Cyclones’ Peterson pitches and visits Citi Field
Mets’ First-Round Pick Enjoys Busy Weekend After Making Pro Debut
David Peterson’s extended period of inactivity ended over the weekend with the Mets’ first-round draft pick making his professional pitching debut and visiting what he hopes will be his future home for years to come.
The 6-foot-6 left-hander out of the University of Oregon finally made his long-anticipated first start as a Brooklyn Cyclone last Friday night, yielding a run on two hits with one strikeout in the opening frame of the Baby Bums’ eventual 4-2 loss to Tri-City in front of 4,751 curious fans at Coney Island’s MCU Park.
“It’s tough to see over one inning,” Cyclones manager Edgardo Alfonzo admitted after watching the hulking southpaw battle through his first live action since pitching for the Ducks against UCLA on May 25.
“But he looks good,” Alfonzo added. “I’m looking forward to the next start.”
So is the rest of the Brooklyn faithful, which has endured a difficult summer along Surf Avenue, one which is all but sure to end with the Class A short-season franchise by the sea missing out on the New York-Penn League playoffs for the fifth consecutive year.
Peterson, who famously tossed a 20-stirikeout game against Arizona State during his brilliant junior campaign, scuffled right out of the gate Friday. He yielded back-to-back singles to the first two ValleyCats he faced before uncorking a wild pitch that put runners at second and third base with none out.
But Peterson rebounded nicely, limiting the damage by fanning Michael Papierski for his first pro strikeout before getting Cotton Shaver on a run-scoring groundout and Adrian Tovalin to line out to center.
Peterson walked off the hill and will now have to wait for his next outing, which has not yet been officially announced, but will probably be in the two-inning range as the Mets continue to keep close tabs on a hurler who tossed just over 100 innings in his final collegiate campaign earlier this year.
Despite his less-than-stellar performance Friday night, Peterson’s whirlwind weekend was just beginning.
The Denver, Colorado native was whisked off to Citi Field on Saturday to take in the Mets’ game against the league-leading Los Angeles Dodgers, and do his initial press conference at the stadium.
“Very excited to be here,” Peterson said from atop the podium in the team’s media room.
“It’s an honor and a privilege to be drafted by the Mets and I’m very excited to get to work. I don’t think anyone grows up wanting to be in the Minor Leagues. My goal is to get here and help this team win. Obviously, starting in Brooklyn is the first step.”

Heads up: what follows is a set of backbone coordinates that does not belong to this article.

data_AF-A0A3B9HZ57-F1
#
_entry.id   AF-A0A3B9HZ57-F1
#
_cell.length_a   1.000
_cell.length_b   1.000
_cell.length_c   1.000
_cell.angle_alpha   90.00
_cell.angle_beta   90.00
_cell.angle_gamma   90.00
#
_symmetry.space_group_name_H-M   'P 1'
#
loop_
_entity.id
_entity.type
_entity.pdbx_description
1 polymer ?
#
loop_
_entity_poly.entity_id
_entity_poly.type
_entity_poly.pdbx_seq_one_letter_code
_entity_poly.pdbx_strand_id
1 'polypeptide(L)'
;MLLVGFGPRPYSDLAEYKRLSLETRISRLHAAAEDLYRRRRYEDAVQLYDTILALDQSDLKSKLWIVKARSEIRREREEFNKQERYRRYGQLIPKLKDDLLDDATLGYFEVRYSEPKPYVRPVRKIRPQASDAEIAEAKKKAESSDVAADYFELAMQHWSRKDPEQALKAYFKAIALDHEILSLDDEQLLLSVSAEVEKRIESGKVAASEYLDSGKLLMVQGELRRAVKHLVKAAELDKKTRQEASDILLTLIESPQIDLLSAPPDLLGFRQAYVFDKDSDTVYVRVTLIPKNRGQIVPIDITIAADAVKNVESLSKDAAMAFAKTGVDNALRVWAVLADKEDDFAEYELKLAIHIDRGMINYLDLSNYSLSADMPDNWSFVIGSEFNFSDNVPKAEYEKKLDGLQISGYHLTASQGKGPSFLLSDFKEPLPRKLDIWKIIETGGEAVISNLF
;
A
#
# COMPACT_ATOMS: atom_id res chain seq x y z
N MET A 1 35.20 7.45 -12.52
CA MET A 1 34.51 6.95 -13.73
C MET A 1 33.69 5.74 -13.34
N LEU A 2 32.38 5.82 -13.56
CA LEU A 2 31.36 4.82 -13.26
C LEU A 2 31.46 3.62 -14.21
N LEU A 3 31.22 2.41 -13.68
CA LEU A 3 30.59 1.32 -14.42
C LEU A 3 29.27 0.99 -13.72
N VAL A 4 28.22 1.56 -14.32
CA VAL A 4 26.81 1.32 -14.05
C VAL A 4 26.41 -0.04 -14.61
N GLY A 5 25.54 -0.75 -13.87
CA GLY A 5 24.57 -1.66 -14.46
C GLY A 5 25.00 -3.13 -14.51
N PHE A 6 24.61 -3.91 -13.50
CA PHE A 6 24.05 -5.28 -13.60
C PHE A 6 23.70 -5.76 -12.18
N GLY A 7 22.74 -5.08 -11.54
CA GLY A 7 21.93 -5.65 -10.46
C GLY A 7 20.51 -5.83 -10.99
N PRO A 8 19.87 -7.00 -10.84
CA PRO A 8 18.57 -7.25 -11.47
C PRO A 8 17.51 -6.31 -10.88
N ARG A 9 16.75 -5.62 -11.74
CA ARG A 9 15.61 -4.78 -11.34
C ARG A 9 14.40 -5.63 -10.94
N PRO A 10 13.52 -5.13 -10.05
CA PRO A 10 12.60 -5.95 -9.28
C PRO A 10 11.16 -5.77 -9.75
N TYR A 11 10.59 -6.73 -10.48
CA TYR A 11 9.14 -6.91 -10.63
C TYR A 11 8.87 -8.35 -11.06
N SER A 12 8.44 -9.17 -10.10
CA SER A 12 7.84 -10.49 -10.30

And likely a very short one before he begins his ascension in earnest next season, beginning in April with Class A Columbia or Class A Advanced St. Lucie.
Drafted in June, Peterson didn’t sign his contract with the Mets until July 7, and has spent the past several weeks tending to family matters and prepping for his big debut.
All signs point to a bright future on the hill for the lefty, who has already drawn comparisons to current Major League legends like San Francisco’s Madison Bumgarner and Dodgers ace Clayton Kershaw.
But Peterson must first prove he can work his way through the Mets’ minor league chain, something he is well-equipped to do, according to Brooklyn pitching coach Royce Ring.
“We’ve taken our time with him,” Ring told MLB.com following Peterson’s debut.
“The kid is a first-rounder, he has a lot of expectations. He has all of the intangibles to move through the system, it’s just a matter of him developing the game plans and the baseball IQ as he goes up through the different levels. If he can acclimate himself and figure out a way to get through those things, then he will move [through the system].”
Fortunately for Cyclones fans, Peterson isn’t likely to be moving out of Brooklyn before the end of the short-season campaign in September.
The Baby Bums, losers of four in a row and owners of the league’s worst record at 14-32, got rained out Monday in the finale of their six-game homestand. The Cyclones have scored two runs or fewer in all but one of their last six games, and are batting .231 collectively, third-worst on the 14-team circuit, with a NY-Penn low of 161 runs this summer.
“It’s tough,” Alfonzo admitted of the offense’s struggles following Friday night’s loss.
“It’s tough to win a game like that. We were hitting pretty good until last night. I would say a few guys were a little tired. Let’s see what happens tomorrow.”
This, That and the Other Thing: After getting one-hit in Thursday’s 3-1 loss to Tri-City, the Cyclones got a bit of an offensive lift from an unexpected source Friday when catcher Scott Manea belted his first-ever pro homer in the second inning. Manea’s shot landed just fair down the left-field line, pulling Brooklyn within 2-1. “I just tried not to do too much,” said Manea, who is batting just .182 in his first season with the ‘Clones after spending last year with Rookie-level Kingsport and the Gulf Coast League Mets. “It was a really good feeling. It’s been a long process. Definitely a good feeling. A sign of hard work paying off in the cages.”
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